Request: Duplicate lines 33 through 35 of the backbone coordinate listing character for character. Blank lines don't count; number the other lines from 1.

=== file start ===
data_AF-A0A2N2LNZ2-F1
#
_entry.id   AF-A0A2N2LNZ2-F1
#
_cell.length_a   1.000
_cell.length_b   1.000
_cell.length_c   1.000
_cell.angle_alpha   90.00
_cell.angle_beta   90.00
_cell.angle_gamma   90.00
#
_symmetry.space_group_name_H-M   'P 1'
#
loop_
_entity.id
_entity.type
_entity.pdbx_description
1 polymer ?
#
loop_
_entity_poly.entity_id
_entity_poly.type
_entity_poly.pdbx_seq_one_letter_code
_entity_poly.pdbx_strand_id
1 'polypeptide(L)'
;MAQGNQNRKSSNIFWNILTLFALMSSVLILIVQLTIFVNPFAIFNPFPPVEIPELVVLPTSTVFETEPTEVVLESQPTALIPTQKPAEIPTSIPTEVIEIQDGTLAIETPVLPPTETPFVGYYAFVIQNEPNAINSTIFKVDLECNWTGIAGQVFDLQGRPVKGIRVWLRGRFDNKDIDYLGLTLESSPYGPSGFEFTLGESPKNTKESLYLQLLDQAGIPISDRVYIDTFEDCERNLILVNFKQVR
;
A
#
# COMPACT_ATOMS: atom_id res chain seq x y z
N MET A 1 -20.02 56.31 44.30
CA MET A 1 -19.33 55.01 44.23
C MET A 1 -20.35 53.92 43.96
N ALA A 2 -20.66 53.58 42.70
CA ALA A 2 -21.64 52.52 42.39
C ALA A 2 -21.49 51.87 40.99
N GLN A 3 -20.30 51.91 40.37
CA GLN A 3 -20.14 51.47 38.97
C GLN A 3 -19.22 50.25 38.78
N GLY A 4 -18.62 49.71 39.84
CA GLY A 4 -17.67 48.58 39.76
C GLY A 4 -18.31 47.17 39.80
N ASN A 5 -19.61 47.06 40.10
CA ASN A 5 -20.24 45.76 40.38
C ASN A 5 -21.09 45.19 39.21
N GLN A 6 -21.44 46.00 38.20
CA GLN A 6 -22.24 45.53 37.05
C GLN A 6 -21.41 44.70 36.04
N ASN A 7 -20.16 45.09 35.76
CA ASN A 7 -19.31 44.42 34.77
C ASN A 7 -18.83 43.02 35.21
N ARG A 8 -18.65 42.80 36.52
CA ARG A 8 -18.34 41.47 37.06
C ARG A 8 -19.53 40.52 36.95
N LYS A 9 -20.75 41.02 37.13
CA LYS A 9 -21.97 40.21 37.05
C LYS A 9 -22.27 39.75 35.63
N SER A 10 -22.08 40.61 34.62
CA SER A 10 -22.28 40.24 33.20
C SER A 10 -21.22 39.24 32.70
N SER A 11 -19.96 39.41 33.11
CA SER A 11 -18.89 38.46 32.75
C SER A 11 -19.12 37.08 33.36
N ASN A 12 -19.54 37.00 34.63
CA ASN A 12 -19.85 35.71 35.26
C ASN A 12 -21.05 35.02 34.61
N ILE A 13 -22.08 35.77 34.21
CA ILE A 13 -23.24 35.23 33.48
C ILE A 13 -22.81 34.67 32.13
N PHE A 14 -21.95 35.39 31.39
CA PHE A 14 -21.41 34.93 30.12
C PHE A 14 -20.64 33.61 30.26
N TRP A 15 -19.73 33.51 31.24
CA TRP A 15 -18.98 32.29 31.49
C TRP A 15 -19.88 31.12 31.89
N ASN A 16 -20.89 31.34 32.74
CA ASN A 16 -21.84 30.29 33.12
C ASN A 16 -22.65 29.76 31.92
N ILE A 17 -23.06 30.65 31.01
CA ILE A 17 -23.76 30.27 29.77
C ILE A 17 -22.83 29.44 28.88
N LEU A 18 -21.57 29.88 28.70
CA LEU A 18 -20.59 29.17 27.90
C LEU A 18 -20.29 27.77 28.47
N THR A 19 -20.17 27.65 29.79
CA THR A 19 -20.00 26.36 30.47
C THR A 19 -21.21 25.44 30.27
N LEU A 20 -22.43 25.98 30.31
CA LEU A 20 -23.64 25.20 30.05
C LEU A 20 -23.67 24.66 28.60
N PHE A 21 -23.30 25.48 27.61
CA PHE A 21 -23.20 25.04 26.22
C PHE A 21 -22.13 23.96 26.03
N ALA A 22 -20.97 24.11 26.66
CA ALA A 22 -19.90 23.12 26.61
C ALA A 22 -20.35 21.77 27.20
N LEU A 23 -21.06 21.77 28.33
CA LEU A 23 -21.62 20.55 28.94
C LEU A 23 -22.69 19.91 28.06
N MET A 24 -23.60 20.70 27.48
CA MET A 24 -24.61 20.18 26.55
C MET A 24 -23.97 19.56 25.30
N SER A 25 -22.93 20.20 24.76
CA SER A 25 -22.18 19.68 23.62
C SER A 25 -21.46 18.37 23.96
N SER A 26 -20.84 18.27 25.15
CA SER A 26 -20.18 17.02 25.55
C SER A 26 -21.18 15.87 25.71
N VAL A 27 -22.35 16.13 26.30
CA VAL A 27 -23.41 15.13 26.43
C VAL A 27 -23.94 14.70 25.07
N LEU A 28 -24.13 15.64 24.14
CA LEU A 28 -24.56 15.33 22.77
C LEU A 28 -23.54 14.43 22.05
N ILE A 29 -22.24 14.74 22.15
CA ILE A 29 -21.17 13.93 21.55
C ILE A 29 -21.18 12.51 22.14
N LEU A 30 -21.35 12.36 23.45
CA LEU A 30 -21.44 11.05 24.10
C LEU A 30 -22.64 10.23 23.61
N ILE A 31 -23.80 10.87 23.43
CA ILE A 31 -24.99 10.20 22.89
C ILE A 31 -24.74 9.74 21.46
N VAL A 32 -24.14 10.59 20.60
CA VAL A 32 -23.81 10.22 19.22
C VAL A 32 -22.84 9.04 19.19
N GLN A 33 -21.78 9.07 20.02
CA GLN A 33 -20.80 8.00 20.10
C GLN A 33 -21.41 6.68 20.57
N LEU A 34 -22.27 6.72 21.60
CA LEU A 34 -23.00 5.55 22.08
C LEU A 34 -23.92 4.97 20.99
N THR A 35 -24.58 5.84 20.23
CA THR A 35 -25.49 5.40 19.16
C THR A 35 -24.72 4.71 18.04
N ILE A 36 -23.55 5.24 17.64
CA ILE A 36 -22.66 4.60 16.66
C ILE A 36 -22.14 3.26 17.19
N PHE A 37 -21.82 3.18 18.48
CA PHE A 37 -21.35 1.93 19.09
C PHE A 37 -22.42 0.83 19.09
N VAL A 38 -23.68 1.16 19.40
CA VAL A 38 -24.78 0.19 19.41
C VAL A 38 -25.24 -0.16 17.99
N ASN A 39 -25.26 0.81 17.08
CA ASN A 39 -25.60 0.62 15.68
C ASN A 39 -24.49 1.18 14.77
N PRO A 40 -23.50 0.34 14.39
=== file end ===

C MET A 1 -20.35 53.92 43.96
N ALA A 2 -20.66 53.58 42.70
CA ALA A 2 -21.64 52.52 42.39